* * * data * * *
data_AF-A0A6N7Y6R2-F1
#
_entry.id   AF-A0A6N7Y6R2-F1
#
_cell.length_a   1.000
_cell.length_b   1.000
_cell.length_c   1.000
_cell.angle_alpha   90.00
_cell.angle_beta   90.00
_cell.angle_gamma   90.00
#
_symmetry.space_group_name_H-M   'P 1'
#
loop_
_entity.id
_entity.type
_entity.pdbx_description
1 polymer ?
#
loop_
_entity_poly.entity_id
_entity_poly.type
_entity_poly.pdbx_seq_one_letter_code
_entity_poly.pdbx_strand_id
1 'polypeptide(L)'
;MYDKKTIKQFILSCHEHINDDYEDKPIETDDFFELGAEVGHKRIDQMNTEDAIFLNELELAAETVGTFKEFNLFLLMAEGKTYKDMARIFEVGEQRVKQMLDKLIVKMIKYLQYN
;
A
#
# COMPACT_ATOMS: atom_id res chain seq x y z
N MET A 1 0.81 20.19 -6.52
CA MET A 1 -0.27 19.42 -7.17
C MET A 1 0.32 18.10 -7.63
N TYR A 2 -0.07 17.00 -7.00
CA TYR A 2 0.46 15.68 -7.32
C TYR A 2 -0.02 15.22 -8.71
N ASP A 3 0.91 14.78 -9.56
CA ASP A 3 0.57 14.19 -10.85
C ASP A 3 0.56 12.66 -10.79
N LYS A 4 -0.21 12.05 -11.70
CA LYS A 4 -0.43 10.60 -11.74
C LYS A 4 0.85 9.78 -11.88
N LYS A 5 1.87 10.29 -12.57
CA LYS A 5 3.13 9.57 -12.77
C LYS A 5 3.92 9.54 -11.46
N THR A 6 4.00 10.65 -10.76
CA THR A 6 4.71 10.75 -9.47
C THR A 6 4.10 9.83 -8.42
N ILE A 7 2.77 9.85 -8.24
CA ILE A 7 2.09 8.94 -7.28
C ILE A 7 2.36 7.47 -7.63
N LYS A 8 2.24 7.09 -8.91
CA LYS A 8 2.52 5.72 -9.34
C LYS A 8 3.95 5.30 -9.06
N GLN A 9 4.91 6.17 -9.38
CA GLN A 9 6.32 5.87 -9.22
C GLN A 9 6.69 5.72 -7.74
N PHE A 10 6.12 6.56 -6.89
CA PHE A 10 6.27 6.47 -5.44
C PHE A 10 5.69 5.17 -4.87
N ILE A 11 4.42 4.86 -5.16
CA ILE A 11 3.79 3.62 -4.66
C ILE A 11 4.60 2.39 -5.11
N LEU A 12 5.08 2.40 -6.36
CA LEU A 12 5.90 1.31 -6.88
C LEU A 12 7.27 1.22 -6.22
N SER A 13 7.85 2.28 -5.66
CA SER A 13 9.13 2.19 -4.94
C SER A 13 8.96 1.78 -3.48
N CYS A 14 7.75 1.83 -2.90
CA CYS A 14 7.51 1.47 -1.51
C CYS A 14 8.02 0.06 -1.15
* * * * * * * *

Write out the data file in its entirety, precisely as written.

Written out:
data_AF-A0A6N7Y6R2-F1
#
_entry.id   AF-A0A6N7Y6R2-F1
#
_cell.length_a   1.000
_cell.length_b   1.000
_cell.length_c   1.000
_cell.angle_alpha   90.00
_cell.angle_beta   90.00
_cell.angle_gamma   90.00
#
_symmetry.space_group_name_H-M   'P 1'
#
loop_
_entity.id
_entity.type
_entity.pdbx_description
1 polymer ?
#
loop_
_entity_poly.entity_id
_entity_poly.type
_entity_poly.pdbx_seq_one_letter_code
_entity_poly.pdbx_strand_id
1 'polypeptide(L)'
;MYDKKTIKQFILSCHEHINDDYEDKPIETDDFFELGAEVGHKRIDQMNTEDAIFLNELELAAETVGTFKEFNLFLLMAEGKTYKDMARIFEVGEQRVKQMLDKLIVKMIKYLQYN
;
A
#
# COMPACT_ATOMS: atom_id res chain seq x y z
N MET A 1 0.81 20.19 -6.52
CA MET A 1 -0.27 19.42 -7.17
C MET A 1 0.32 18.10 -7.63
N TYR A 2 -0.07 17.00 -7.00
CA TYR A 2 0.46 15.68 -7.32
C TYR A 2 -0.02 15.22 -8.71
N ASP A 3 0.91 14.78 -9.56
CA ASP A 3 0.57 14.19 -10.85
C ASP A 3 0.56 12.66 -10.79
N LYS A 4 -0.21 12.05 -11.70
CA LYS A 4 -0.43 10.60 -11.74
C LYS A 4 0.85 9.78 -11.88
N LYS A 5 1.87 10.29 -12.57
CA LYS A 5 3.13 9.57 -12.77
C LYS A 5 3.92 9.54 -11.46
N THR A 6 4.00 10.65 -10.76
CA THR A 6 4.71 10.75 -9.47
C THR A 6 4.10 9.83 -8.42
N ILE A 7 2.77 9.85 -8.24
CA ILE A 7 2.09 8.94 -7.28
C ILE A 7 2.36 7.47 -7.63
N LYS A 8 2.24 7.09 -8.91
CA LYS A 8 2.52 5.72 -9.34
C LYS A 8 3.95 5.30 -9.06
N GLN A 9 4.91 6.17 -9.38
CA GLN A 9 6.32 5.87 -9.22
C GLN A 9 6.69 5.72 -7.74
N PHE A 10 6.12 6.56 -6.89
CA PHE A 10 6.27 6.47 -5.44
C PHE A 10 5.69 5.17 -4.87
N ILE A 11 4.42 4.86 -5.16
CA ILE A 11 3.79 3.62 -4.66
C ILE A 11 4.60 2.39 -5.11
N LEU A 12 5.08 2.40 -6.36
CA LEU A 12 5.90 1.31 -6.88
C LEU A 12 7.27 1.22 -6.22
N SER A 13 7.85 2.28 -5.66
CA SER A 13 9.13 2.19 -4.94
C SER A 13 8.96 1.78 -3.48
N CYS A 14 7.75 1.83 -2.90
CA CYS A 14 7.51 1.47 -1.51
C CYS A 14 8.02 0.06 -1.15